Purpose of heart has always been a key element in the lives of great servants of God. The Lord Himself said, “My food is to do the will of Him who sent me, and to accomplish His work” (John 4:34 NASB). Paul could say, “But I do not account my life of any value nor as precious to myself, if only I may finish my course and the ministry that I received from the Lord Jesus, to testify to the gospel of the grace of God” (Acts 20:24 ESV). Notice they were both saying they had a purpose to accomplish.
Purpose of heart can be a source of power in our lives, too. For one thing, purpose will put us to work. When one has his heart set on something, he will do his very best to reach his goal. Paul once used the illustration of a runner in the games to show that those of us who seek an incorruptible crown ought to run with purpose (1 Corinthians 9:24-25).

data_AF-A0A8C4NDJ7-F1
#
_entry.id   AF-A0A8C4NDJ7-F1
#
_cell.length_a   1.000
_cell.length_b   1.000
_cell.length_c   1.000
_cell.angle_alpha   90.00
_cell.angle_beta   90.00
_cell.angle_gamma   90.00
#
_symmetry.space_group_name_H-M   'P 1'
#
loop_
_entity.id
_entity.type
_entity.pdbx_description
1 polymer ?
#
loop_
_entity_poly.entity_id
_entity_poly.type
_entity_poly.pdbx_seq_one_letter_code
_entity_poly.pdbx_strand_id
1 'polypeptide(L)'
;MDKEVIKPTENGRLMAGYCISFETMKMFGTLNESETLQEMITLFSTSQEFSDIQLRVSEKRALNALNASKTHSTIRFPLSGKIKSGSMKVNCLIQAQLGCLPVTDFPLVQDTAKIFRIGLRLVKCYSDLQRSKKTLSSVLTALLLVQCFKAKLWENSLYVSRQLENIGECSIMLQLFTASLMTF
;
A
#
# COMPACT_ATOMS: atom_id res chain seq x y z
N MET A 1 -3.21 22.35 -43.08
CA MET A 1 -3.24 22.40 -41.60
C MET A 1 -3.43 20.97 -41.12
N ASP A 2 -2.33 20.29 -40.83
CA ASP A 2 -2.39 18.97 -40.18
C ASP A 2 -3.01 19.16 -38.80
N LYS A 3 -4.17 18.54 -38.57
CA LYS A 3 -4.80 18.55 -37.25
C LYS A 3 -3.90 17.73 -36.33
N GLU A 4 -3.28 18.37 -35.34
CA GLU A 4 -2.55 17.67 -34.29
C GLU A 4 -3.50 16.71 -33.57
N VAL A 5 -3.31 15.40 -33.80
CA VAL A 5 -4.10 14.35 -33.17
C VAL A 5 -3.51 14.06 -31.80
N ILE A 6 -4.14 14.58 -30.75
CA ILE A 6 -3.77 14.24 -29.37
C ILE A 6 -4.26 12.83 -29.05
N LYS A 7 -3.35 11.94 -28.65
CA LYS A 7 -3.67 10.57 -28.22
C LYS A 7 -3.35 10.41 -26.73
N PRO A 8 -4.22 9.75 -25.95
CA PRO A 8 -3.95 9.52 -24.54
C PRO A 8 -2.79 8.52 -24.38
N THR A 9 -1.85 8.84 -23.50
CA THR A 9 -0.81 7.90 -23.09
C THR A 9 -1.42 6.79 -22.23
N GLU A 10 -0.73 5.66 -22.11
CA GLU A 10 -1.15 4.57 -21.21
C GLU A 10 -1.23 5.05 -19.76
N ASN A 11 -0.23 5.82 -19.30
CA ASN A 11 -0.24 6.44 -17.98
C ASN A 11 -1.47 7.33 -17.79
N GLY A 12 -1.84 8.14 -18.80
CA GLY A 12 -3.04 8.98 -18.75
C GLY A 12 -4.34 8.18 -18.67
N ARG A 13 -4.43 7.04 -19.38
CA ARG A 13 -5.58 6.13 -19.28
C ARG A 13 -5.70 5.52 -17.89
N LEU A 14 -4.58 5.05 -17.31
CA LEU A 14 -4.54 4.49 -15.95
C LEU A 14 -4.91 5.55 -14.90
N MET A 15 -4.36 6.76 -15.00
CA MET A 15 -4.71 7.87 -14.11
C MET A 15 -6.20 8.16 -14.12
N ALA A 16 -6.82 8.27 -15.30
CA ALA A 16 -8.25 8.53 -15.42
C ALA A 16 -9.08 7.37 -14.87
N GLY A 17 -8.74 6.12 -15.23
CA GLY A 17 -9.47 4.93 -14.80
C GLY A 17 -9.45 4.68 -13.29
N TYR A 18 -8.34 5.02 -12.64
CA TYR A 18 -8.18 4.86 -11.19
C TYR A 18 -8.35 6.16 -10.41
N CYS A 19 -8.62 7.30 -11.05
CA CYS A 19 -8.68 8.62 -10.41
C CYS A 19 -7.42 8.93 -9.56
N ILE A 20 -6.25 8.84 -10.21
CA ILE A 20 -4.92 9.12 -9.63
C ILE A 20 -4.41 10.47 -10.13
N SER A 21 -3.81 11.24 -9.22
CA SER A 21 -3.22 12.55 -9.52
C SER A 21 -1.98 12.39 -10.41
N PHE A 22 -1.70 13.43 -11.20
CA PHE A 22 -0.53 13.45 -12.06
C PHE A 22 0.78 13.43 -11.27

In the next place, purpose will simplify things for us. We all run the risk of being sidetracked so that we don’t accomplish anything. Purpose, however, gives us some priorities. Jesus told Martha, “Martha, Martha, you are worried and bothered about so many things, but only one thing is necessary….” (Luke 10:41-42 NASB).
Also, purpose will cause us to sacrifice. For example, Paul was willing to suffer the loss of all things and to count them as refuse so that he could gain Christ and be found in Him (Philippians 3:8-9 ASV). No opposition, no disappointment, and no cost could keep him from his purpose. Purpose of heart gives us the direction and the perseverance we need in Christian living. It is an essential quality, both in our individual lives and in our work as a congregation. —Bill McFarland
—Mike Riley, Gospel Snippets